to Create an Alpha Mask Using Motion 2
By Steve Douglas
You've shot some nice video but now you
would like to take the subject out of the foreground and background
and place it on top of another background scene. It is one thing
to do this if you were shooting with a blue or green screen and
could chroma key it all but, alas, you were outdoors on location
and didn't have that luxury. As an underwater film maker, this
situation is the norm for me. Sometimes I like to play and be
a bit creative with it all and with the particle emitters in
Motion there are all kinds of possibilities. Sure Motion comes
with its own aqua balls, leaves and butterflies but does it have
lions, tigers and bears? Oh my, no it doesn't and that is what
you want. In fact, you want a whole bunch of lions and tigers
and bears and even have that footage from the zoo you shot or
the safari you went on.
Creating the necessary mask in
Motion is not a difficult procedure so lets begin with this effective
but simple tutorial.
Once you have selected the frame from which you wish to separate
the object from its surroundings, import it from your Motion
File browser into the canvas. Keep in mind that we are
working with a still image here which you can make and export
to Motion from Final Cut Pro. You can use a moving image
but only if it is pretty much stationary like a talking head.
Frame from Video in Canvas
Create a mask image by hitting Command/ Shift/M which will then
show up in your layers tab. Drag the image mask above the object.
Creating the Mask image
Bring the Image Mask to
the top of the layer
Highlight the object itself, not the image mask.
Use the B Spline tool to separate your image from the background
When you have gone all the way
around your image, the last connecting dot will loop them all
together in one complete mask. When applying the dots which make
the mask I will frequently zoom in on the object in the canvas
to 200% or more. This enables me to follow the outline, separating
the image more closely from its surroundings. Each of the b spline
markers or dots can individually be moved and adjusted by simply
clicking on them and making your manipulations at that point.
As you can see from the image, because I have zoomed in while
applying my mask points, they appear very close together. This
enables me to get a more specific mask without 'accidently' including
unwanted back or foreground material.
completed mask is now ready for Export
Now we highlight the image mask in the layers tab.
to 'File/ Export and name your mask if you have not already done
so in your layers tab. You may export this mask to your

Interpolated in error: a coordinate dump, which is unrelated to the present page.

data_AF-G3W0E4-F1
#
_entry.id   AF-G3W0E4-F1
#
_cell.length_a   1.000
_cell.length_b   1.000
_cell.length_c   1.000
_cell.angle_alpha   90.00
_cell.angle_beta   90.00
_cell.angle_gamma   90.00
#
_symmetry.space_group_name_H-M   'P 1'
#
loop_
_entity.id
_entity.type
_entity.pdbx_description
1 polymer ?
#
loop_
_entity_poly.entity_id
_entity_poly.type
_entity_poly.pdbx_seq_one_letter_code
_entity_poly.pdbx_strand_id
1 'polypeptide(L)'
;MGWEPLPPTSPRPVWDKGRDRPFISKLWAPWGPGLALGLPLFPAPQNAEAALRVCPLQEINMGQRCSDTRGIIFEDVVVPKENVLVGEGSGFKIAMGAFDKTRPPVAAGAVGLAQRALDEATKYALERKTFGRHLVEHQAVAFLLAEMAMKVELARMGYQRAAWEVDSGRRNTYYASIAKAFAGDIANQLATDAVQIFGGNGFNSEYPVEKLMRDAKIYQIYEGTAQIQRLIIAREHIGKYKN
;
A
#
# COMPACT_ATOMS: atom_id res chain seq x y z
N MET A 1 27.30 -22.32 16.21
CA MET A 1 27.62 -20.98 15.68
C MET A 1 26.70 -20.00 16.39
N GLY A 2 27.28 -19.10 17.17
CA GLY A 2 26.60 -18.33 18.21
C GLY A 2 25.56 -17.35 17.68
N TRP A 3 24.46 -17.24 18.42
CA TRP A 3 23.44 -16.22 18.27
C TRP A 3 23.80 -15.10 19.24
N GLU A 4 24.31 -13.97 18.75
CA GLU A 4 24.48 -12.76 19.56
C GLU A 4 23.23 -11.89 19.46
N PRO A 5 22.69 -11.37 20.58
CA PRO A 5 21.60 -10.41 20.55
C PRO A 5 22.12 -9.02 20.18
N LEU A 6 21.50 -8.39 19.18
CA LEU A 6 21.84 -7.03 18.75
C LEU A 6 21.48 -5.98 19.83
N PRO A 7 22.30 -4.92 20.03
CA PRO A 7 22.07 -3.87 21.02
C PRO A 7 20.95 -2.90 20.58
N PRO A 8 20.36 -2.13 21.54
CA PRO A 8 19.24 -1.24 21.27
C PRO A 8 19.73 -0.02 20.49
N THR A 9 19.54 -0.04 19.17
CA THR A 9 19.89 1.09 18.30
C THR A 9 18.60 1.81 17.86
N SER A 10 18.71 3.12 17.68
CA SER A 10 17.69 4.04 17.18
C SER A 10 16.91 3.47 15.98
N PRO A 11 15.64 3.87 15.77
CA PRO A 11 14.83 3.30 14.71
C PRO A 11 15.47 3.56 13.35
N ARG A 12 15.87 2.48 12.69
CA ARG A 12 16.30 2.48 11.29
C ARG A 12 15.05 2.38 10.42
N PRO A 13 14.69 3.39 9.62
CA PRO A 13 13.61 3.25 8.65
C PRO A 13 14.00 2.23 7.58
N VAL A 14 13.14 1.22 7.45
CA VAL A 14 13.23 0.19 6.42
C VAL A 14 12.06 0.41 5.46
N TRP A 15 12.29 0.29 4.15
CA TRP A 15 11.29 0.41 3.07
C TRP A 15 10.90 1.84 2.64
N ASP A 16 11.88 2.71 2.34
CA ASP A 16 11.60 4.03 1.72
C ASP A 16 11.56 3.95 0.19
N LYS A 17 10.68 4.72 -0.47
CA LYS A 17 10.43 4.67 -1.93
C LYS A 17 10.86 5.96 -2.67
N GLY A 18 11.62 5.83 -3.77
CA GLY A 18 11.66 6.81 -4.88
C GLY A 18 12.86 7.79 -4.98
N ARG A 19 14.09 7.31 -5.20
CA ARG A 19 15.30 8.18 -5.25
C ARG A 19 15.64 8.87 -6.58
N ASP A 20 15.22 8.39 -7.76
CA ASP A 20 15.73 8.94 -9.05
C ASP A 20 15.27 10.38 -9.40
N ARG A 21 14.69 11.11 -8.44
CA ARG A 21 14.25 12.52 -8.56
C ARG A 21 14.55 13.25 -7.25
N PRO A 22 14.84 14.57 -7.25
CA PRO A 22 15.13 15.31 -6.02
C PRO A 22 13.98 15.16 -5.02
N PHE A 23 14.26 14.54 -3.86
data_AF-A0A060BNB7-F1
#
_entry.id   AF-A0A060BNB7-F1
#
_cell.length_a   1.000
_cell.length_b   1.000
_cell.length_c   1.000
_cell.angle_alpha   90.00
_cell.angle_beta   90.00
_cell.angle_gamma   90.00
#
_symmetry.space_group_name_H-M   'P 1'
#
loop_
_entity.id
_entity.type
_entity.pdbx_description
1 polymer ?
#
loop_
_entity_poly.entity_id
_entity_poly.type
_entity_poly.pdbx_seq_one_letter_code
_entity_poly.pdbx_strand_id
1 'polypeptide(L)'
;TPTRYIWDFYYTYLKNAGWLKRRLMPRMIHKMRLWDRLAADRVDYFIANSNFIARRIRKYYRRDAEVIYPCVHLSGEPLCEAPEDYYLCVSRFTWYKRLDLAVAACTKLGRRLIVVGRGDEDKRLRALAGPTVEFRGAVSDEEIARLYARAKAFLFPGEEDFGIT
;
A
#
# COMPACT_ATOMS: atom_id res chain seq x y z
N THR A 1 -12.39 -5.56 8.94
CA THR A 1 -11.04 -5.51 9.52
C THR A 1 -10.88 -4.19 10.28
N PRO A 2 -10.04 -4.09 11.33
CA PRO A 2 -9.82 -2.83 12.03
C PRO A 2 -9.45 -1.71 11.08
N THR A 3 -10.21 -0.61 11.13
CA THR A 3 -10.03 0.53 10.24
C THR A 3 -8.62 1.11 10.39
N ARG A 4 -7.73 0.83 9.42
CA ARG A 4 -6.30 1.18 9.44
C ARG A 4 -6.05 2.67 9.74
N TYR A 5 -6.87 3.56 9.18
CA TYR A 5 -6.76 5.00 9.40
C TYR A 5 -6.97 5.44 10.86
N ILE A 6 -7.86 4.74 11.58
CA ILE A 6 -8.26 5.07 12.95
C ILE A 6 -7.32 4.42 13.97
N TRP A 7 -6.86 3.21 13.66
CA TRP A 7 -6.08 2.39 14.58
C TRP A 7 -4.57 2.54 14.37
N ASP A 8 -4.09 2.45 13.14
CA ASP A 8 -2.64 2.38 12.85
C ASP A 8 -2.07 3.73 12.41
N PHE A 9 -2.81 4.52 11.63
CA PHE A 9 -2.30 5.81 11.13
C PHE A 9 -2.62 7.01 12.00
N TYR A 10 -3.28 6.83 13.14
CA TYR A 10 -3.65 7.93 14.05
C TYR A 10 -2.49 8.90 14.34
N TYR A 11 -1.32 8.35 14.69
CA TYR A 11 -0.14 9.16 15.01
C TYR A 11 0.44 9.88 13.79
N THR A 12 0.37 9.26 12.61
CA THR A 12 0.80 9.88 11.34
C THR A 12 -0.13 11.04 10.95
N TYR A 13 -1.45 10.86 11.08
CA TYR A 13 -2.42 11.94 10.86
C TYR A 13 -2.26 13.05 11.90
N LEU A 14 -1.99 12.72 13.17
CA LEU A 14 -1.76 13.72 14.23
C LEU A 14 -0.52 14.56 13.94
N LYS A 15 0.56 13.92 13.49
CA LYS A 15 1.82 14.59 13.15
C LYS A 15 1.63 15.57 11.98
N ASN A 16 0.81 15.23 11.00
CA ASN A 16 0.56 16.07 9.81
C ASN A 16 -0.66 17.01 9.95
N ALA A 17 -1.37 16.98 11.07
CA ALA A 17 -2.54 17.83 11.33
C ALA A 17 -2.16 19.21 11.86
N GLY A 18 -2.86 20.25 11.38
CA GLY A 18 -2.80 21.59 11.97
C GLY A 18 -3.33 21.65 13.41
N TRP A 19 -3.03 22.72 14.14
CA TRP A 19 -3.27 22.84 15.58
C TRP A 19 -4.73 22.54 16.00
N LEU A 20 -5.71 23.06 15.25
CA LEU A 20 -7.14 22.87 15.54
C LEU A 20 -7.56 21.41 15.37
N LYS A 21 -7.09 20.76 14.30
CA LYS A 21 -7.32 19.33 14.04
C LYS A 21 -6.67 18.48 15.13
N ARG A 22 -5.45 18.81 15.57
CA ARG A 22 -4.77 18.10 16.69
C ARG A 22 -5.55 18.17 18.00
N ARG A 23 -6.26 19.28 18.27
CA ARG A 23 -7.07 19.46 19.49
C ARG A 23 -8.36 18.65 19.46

desktop or, as I do, export it to a special mask folder to house
your collection of masks for current or future projects.
Check the under 'Kind' it says Quicktime Movie and click 'Options"
A new window comes up repeating that it is a Quicktime movie,
however below 'kind' it allows you to set the compressor. Set
it for Animation and click on 'Advanced'
Your compression settings window will open up. Under 'Depth'
I click on Best Quality and 'Millions of Colors +'
Click OK , close your windows and export.
is a breeze
Congratulations, you have created an object mask with an Alpha
channel in Motion. This can now be looped and placed in your
particle emitter or replicated to create herds of creatures .
looking herd, I was rushing (gg)
Bottom line, you can have a lot
of fun playing with masks, they have hundreds of enjoyable and
creative uses. Hope this is one you'll find yourself using.
is an underwater videographer and contributor to numerous film
festivals around the world. A winner of the 1999 Pacific Coast
Underwater Film Competition, 2003 IVIE competition, 2004 Los
Angeles Underwater Photographic competition, and the prestigious
2005 International Beneath the Sea Film Competition, Steve has
also worked on the feature film "The Deep Blue Sea",
contributed footage to the Seaworld parks for their Atlantis
production, and is one of the principal organizers of the San
Diego UnderSea Film Exhibition. Steve leads both underwater filming
expeditions and African safaris with upcoming filming excursions
to Kenya, Bali and the Red Sea. Feel free to contact him if you
are interested in joining Steve on any of these trips. www.worldfilmsandtravel.com
copyright © Steve
This article first appeared on www.kenstone.net and is reprinted here with permission.
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